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In early October of 1932 Howard sent a set of rattlesnake rattles to his friend and correspondent H.P. Lovecraft. Here HPL is thanking Howard for the gift in a letter dated October 15, 1932:
Thanks prodigiously for the splendid set of lethal reminders – which will go under glass in my cabinet of curiosities. It will form a splendid companion piece to the mottled and sinuous glider which Whitehead captured and bottled for me in Florida in 1931. Your prose-poem accompanying the set is one of the most vivid things I have read lately, and I wish it could be published somewhere. It has a magnificently weird, haunting cadence and imagery, and seems to call up a potent atmosphere of power, death, and silence.
Here is Howard’s response in a letter to HPL, ca. December 1932:
Glad you liked the rattles. The owner got his head shot off by an acquaintance of mine, one Tom Lee, on the upper reaches of the Jim Ned, the scene of several bloody Indian fights in the past. Knowing I was anxious to procure a good set of rattles to send to you, he saved them.
An even bigger snake was bagged by a friend of mine down in Brown County this fall, but the discharge of his shotgun blew the rattles all apart and destroyed some of them. They found fourteen, and there’s no telling how many were destroyed. The snake, according to what I heard, was as thick as a man’s arm. Talking of phobias — there was a fellow with my friends when they came onto the snake, and he was shaken so badly by the incident that he trembled like a leaf, and his teeth chattered for perhaps half an hour afterwards. I’ll admit there’s something unnerving about the slimy brutes. I’ll never forget the time that I came clambering up out of a creek bed, reached up to pull myself up on the bank by a tree limb, and took hold of the tail of a water-moccasin which was sunning itself on the branch. They say you can’t do but one thing at a time, but I did, or rather my various members acted simultaneously and independent of each other. My left hand released the snake, my right drew my knife, and my legs gave way and precipitated me down the bank.
Odds are that was a Western Cottonmouth Howard had the close encounter with. Though it is rare event that a Cottonmouth is found on a tree branch, they do show up there from time to time. Howard writes in his correspondence of close encounters with poisonous snakes, notably rattlesnakes, when he was younger. They are one of the many denizens of the high plains of North Central Texas where Howard lived. Of course, he was always talking up the deadly critters that lurked in his environment and Texas in general. Howard clearly had a fascination with slithering serpents — they are a reoccurring theme in his’s stories.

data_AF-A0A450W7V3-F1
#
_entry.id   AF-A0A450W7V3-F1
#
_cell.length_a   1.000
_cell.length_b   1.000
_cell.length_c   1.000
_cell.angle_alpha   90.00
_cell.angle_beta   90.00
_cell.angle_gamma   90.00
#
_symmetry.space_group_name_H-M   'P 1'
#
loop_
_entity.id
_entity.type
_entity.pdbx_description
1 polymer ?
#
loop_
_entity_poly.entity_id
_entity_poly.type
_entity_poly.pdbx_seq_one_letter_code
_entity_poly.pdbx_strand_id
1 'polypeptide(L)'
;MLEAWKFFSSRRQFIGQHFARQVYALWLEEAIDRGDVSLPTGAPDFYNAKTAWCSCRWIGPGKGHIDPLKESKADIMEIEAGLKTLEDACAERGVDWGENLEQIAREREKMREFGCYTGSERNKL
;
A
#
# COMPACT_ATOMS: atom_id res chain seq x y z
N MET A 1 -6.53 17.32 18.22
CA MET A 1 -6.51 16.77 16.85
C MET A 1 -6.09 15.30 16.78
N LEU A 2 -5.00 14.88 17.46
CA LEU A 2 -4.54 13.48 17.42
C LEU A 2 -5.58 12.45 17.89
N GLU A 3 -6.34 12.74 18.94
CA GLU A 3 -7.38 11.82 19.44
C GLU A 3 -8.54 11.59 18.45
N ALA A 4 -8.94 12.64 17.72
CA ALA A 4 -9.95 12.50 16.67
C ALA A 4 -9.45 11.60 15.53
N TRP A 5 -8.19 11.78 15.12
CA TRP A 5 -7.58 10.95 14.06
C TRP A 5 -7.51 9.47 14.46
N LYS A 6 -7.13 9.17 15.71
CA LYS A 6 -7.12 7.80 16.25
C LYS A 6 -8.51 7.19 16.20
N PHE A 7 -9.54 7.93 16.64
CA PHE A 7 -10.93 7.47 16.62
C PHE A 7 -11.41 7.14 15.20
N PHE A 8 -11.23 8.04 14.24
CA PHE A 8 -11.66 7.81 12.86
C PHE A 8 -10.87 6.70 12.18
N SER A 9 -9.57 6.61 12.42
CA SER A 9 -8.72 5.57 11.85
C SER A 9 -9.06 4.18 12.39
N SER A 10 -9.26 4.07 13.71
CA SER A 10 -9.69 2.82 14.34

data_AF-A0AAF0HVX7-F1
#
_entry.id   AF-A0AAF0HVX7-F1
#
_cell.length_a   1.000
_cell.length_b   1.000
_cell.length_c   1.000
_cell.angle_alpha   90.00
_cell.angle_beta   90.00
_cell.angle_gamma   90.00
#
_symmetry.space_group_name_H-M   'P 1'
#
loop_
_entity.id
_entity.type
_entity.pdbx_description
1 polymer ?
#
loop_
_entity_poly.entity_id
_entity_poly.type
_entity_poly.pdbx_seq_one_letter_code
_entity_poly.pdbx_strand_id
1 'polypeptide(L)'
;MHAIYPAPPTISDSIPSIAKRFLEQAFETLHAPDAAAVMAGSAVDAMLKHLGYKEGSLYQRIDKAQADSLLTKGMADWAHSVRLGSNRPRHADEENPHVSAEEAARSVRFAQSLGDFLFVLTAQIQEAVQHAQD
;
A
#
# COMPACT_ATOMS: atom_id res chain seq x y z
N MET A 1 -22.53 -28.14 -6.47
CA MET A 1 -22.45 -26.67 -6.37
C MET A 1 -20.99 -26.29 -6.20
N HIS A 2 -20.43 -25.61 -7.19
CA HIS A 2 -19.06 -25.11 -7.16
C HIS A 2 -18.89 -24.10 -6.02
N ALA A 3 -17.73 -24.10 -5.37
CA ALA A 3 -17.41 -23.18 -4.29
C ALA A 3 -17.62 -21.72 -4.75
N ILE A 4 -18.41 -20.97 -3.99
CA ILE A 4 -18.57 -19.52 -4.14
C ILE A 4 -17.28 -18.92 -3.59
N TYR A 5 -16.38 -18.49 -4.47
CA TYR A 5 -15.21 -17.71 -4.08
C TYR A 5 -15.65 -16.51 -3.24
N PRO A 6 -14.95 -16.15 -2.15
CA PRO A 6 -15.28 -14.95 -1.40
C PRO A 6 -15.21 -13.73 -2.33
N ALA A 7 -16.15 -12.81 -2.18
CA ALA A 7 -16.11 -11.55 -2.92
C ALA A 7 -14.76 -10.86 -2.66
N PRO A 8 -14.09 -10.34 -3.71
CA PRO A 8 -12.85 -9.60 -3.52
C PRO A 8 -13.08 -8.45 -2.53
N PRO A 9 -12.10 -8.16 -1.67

It is too bad Howard did not live to see the Great Sweetwater Rattlesnake Roundup, which began as annual event in 1958 and has been held every year since then. Some of the events at this year’s event included: snake eating contest, beard contest, longest snake and most pounds of snakes.
Here is the text of that original letter enclosing the rattles Howard sent to Lovecraft, which first appeared in a 1937 fanzine called Leaves #1 published by R. H. Barlow, the literary executor of HPL’s estate. It is likely Barlow found the letter among HPL’s papers, gave it a title and used it in his publication.
“With a Set of Rattlesnake Rattles”
Here is the emblem of a lethal form of life for which I have no love, but a definite admiration. The wearer of this emblem is inflexibly individualistic. He mingles not with the herd, nor bows before the thrones of the mighty. Between him and the lords of the earth lies an everlasting feud that shall not be quenched until the last man lies dying and the Conqueror sways in shimmering coils above him.
Lapped in sombre mystery he goes his subtle way, touched by neither pity nor mercy. Realizations of ultimate certitudes are his, when the worm rises and die vulture sinks and the flesh shreds back to the earth that bore it. Other beings may make for Life, but he is consecrated to Death. Promise of ultimate dissolution shimmers in his visible being, and the cold soulless certainty of destruction is in his sibilances. The buzzards mark his path by the pregnant waving of the tall grasses, and the blind worms that gnaw in the dark are glad because of him. The foot of a king can not tread on him with impunity, nor the ignorant hand of innocence bruise him unscathed. The emperor who sits enthroned in gold and purple, with his diadem in the thunder-clouds and his sandals on the groaning backs of the nations, let him dare to walk where the rank grass quivers without a wind, and the lethal scent of decay is heavy in the air. Let him dare — and try if his pomp and glory and his lines of steel and gold will awe the coiling death or check the dart of the wedge-shaped head.
For when he sings in the dark it is the voice of Death crackling between fleshless jaw-bones. He reveres not, nor fears, nor sinks his crest for any scruple. He strikes, and the strongest man is carrion for flapping things and crawling things. He is a Lord of the Dark Places, and wise are they whose feet disturb not his meditations.